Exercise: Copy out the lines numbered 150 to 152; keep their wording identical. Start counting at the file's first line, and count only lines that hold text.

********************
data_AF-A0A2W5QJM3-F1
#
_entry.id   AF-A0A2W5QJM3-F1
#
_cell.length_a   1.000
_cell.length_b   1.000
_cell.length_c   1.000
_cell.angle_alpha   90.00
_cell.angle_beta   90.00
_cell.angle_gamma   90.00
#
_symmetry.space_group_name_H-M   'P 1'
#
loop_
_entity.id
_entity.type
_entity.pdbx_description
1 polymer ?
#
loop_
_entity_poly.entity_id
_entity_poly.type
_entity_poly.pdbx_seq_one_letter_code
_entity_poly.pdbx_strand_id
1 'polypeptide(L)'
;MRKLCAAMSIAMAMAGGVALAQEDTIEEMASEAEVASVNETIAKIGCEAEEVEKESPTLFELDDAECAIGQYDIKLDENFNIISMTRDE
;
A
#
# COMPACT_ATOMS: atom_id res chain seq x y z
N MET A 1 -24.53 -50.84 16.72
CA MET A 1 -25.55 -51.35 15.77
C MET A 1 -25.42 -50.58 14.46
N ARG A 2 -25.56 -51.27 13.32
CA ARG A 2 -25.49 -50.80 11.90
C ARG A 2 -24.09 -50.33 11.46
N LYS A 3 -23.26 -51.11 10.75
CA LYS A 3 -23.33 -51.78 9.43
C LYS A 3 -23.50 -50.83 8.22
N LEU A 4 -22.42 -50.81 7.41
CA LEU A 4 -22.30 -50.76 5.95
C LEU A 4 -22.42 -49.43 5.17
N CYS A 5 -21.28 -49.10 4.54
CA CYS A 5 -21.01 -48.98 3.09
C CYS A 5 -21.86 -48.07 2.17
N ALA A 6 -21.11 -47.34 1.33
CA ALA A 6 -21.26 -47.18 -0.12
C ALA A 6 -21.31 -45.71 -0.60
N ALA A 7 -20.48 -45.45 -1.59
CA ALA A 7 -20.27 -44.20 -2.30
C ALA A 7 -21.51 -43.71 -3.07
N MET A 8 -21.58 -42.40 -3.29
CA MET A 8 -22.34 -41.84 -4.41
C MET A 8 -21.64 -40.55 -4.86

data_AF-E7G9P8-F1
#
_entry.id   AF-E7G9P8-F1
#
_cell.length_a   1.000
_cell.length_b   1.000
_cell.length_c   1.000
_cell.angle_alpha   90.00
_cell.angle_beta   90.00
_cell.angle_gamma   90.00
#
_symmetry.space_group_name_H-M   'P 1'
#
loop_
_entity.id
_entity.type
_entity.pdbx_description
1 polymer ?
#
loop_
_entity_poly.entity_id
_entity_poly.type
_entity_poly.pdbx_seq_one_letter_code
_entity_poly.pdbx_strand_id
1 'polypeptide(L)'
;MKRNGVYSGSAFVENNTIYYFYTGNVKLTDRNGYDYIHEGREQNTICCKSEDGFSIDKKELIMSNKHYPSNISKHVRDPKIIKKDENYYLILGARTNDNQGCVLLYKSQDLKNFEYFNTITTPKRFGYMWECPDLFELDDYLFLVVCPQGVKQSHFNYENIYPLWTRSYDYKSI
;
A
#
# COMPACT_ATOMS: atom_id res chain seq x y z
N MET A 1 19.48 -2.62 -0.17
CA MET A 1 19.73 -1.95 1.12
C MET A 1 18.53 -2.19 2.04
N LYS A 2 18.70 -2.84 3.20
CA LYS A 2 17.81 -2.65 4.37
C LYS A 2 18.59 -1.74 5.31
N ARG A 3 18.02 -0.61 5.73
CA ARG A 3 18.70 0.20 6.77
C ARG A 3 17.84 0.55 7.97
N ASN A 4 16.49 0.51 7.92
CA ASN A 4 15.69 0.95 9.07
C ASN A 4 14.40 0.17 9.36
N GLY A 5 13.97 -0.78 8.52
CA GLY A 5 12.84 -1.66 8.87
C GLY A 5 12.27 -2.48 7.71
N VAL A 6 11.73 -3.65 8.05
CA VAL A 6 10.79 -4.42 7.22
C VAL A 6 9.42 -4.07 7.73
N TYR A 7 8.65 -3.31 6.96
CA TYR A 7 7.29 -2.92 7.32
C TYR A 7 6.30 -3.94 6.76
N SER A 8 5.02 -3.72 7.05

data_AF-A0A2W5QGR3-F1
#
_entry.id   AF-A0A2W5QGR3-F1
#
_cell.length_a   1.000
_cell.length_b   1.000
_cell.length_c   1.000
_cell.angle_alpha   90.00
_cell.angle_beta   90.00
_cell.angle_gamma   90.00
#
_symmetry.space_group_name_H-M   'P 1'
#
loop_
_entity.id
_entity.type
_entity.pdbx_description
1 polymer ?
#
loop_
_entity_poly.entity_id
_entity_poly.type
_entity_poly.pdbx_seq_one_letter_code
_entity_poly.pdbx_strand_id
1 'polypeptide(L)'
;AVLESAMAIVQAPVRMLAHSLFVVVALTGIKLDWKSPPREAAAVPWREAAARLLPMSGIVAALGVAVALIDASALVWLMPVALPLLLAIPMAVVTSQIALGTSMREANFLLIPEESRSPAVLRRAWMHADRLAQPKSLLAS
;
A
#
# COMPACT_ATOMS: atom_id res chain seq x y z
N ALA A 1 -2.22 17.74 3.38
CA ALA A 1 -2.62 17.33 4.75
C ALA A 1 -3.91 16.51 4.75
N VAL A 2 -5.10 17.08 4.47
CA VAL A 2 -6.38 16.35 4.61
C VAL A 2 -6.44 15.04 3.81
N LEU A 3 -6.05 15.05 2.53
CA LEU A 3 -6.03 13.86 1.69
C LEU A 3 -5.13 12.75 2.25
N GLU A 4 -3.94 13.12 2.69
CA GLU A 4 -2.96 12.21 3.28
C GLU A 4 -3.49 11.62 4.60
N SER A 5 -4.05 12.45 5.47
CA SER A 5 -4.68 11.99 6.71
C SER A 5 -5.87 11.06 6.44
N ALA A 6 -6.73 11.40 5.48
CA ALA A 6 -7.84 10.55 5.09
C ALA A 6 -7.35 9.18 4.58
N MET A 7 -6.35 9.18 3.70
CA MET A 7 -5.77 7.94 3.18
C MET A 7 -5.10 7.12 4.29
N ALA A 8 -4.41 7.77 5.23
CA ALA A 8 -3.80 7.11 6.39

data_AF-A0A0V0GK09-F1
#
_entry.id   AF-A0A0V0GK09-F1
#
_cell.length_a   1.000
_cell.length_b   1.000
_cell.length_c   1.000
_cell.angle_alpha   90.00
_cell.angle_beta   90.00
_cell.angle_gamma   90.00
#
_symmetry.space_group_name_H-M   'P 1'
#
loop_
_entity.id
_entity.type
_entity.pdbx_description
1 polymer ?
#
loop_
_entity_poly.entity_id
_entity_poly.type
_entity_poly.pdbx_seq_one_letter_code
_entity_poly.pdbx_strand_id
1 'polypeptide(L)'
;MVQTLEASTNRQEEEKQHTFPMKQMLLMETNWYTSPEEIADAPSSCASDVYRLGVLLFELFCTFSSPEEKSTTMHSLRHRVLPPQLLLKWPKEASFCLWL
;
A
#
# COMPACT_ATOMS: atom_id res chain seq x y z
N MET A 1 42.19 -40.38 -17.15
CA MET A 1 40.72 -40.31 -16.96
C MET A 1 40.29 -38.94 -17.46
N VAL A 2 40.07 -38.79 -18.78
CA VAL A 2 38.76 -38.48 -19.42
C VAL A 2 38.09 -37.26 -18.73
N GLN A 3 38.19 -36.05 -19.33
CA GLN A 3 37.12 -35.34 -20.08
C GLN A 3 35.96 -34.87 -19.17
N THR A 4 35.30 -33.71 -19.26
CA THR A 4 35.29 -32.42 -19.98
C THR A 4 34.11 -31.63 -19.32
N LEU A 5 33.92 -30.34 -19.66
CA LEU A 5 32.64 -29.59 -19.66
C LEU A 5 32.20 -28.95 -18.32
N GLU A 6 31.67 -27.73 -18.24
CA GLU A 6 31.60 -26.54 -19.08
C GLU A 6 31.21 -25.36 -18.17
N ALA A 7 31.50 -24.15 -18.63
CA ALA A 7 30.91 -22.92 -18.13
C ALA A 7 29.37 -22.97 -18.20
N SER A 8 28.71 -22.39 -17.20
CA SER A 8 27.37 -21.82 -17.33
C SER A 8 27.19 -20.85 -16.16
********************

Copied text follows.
CA SER A 5 -4.68 11.99 6.71
C SER A 5 -5.87 11.06 6.44
N ALA A 6 -6.73 11.40 5.48